What Is Economic Growth?

Economic Growth Explained

This illustration shows the effective measurements of economic growth, including real gross domestic product (GDP), the World Bank uses gross national income to measure growth, and most countries measure economic growth each quarter.

The Balance / Evan Polenghi

Economic growth is an increase in the production of goods and services over a specific period. To be most accurate, the measurement must remove the effects of inflation.

Learn why all countries want economic growth, how growth is measured, and which factors drive production.

Definitions and Examples of Economic Growth

Economic growth is the increase in the value of an economy's goods and services, which creates more profit for businesses. As a result, stock prices rise. That gives companies capital to invest and hire more employees.

As more jobs are created, incomes rise. Consumers have more money to buy additional products and services, and purchases drive higher growth. For this reason, all countries want positive economic growth. This makes economic growth the most-watched economic indicator.

How Does Economic Growth Work?

Gross domestic product is the best way to measure economic growth because it takes into account the country's entire economic output. GDP includes all goods and services that businesses in the country produce for sale. It doesn't matter whether they are sold domestically or overseas.

GDP measures final production. It doesn't include the parts that are manufactured to make a product. GDP includes exports because they are produced in the country. Imports are subtracted from economic growth.

Most countries measure economic growth each quarter.

The most accurate measurement of growth is real GDP which removes the effects of inflation. The GDP growth rate uses real GDP.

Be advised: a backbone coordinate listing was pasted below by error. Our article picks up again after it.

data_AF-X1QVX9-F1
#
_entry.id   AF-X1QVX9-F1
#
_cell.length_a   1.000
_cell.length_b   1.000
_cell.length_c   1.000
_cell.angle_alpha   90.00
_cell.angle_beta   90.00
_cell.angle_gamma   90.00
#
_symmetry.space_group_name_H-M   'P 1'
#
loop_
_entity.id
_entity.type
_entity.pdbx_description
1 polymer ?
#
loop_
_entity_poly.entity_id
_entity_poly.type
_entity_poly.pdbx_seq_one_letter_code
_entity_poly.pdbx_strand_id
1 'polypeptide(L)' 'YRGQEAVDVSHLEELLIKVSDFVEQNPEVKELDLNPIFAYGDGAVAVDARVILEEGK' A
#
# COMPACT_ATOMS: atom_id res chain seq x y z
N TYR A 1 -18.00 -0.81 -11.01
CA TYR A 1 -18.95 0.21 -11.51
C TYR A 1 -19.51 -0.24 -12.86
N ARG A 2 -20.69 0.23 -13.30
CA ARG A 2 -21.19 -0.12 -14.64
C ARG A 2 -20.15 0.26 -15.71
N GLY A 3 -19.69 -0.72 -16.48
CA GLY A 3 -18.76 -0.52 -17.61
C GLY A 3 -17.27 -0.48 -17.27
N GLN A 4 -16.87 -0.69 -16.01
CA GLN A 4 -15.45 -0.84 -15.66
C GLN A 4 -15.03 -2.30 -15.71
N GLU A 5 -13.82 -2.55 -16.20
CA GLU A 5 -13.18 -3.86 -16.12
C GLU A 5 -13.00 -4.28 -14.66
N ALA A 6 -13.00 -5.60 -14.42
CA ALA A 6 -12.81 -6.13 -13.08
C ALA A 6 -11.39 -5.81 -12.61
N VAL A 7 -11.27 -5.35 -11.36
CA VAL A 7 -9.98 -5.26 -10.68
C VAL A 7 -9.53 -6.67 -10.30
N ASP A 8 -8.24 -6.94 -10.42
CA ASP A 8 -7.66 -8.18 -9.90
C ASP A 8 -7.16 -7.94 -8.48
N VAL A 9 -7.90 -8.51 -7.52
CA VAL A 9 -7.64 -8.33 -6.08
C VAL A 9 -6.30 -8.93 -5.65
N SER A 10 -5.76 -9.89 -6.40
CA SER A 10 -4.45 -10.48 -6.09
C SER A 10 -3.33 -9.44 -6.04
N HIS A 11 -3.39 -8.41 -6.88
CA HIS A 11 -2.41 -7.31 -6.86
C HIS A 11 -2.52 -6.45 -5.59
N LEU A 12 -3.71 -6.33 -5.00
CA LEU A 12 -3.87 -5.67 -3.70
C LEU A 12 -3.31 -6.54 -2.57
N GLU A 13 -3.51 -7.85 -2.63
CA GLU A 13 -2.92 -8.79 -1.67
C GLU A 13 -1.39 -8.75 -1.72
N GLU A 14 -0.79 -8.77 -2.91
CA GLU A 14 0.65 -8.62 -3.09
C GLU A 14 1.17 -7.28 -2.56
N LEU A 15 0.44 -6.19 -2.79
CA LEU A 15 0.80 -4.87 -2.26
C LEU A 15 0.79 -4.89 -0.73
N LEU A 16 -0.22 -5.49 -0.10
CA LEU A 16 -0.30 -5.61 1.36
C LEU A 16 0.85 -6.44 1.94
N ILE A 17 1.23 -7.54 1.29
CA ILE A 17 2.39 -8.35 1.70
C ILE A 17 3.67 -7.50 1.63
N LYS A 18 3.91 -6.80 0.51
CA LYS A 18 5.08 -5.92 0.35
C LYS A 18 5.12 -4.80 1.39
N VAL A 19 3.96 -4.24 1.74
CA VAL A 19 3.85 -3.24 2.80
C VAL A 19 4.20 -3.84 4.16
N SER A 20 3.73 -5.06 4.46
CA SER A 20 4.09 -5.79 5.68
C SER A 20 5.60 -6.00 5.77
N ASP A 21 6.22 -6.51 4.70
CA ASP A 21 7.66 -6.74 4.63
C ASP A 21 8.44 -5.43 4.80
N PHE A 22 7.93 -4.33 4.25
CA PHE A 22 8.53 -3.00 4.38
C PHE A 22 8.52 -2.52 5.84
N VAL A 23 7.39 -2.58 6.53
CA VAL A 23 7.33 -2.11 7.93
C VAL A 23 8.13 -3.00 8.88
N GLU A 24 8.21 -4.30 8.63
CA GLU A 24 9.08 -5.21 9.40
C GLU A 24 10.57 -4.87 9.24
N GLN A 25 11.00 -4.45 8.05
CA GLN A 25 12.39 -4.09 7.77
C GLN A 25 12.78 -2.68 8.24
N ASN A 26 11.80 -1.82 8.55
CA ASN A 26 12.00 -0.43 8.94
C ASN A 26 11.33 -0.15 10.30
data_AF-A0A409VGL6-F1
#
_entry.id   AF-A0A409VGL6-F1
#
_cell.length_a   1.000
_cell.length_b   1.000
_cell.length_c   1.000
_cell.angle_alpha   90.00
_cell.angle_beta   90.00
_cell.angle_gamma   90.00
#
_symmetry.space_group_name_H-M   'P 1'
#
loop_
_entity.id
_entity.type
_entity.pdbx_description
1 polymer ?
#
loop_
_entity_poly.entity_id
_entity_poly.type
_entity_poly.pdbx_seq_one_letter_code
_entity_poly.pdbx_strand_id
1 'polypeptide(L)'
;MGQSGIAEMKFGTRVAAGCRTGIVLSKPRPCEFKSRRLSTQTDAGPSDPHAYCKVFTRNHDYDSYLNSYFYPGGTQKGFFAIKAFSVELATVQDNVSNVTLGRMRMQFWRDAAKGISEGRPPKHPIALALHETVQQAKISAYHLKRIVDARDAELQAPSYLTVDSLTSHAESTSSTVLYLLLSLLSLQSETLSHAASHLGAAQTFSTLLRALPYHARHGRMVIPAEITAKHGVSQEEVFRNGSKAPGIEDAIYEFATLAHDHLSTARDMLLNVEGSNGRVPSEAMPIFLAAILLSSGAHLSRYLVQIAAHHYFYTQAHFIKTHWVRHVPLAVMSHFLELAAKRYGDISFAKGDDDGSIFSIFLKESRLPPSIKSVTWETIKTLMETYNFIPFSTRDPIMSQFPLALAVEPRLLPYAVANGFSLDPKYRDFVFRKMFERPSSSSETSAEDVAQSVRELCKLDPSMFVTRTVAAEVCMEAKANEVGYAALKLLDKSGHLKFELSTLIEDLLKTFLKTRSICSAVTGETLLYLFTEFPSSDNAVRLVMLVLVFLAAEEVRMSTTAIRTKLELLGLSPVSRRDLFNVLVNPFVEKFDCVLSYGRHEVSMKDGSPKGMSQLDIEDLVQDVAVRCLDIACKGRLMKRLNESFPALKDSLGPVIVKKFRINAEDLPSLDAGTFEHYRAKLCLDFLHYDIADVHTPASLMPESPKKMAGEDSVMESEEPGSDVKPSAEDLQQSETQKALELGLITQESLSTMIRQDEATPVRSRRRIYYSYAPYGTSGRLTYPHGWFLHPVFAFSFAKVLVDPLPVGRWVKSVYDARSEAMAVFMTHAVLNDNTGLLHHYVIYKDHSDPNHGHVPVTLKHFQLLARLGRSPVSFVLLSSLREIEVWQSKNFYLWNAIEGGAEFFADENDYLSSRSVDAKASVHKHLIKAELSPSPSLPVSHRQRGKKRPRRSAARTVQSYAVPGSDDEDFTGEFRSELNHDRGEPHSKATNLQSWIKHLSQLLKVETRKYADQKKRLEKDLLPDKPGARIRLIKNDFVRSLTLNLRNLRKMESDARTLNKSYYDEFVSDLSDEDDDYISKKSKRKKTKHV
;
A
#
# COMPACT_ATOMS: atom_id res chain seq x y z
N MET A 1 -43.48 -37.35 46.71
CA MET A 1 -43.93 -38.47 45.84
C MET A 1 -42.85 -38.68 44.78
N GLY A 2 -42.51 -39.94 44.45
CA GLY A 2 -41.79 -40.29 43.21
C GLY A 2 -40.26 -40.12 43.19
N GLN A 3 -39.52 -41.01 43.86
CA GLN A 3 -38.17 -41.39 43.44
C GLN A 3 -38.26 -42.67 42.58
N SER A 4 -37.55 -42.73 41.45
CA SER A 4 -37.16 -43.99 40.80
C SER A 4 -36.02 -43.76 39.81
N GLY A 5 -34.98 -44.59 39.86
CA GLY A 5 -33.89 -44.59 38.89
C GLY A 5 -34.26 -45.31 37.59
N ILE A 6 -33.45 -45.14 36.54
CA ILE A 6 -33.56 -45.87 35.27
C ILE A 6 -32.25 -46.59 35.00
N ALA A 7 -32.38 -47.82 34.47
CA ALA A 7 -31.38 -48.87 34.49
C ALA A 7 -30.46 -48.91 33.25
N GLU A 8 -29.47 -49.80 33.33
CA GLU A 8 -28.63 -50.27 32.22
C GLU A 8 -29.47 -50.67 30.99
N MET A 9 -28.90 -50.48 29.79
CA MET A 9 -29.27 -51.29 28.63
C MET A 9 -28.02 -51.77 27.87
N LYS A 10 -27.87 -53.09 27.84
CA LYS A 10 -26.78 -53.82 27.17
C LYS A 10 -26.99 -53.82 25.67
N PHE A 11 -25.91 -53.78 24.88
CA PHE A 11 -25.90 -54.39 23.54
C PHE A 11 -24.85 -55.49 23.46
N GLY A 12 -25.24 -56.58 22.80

The World Bank uses gross national income instead of GDP to measure growth. It includes income sent back by citizens who are working overseas. It's a critical source of income for many emerging market countries like Mexico. Comparisons of GDP by country will understate the size of these countries' economies.

What GDP Does (and Does Not) Include

GDP doesn't include unpaid services. It leaves out child care, unpaid volunteer work, or illegal black-market activities. It also doesn't count the environmental costs. For example, the price of plastic is cheap because it doesn't include the cost of disposal. As a result, GDP doesn't measure how these costs impact the well-being of society.

A country will improve its standard of living when it factors in environmental costs. A society only measures what it values. 

Similarly, societies only value what they measure. For example, Nordic countries rank high in the World Economic Forum's Global Competitiveness Report. Their budgets focus on the drivers of economic growth which are world-class education, social programs, and a high standard of living. These factors create a skilled and motivated workforce.

These countries have a high tax rate. But they use the revenues to invest in the long-term building blocks of economic growth. Riane Eisler's book, “The Real Wealth of Nations,” proposes changes to the U.S. economic system by giving value to activities at the individual, societal, and environmental levels.

This economic policy contrasts with that of the United States. It uses debt to finance short-term growth through boosting consumer and military spending. That's because these activities do show up in GDP. 

The Phases of Economic Growth

Analysts watch economic growth to discover what stage of the business cycle the economy is in. The best phase is expansion. This is when the economy is growing in a sustainable fashion. If growth is too far beyond a healthy growth rate, it overheats. That creates an asset bubble which is what happened to the housing sector in 2005-2006. As too much money chases too few goods and services, inflation kicks in. This is the "peak" phase in the business cycle.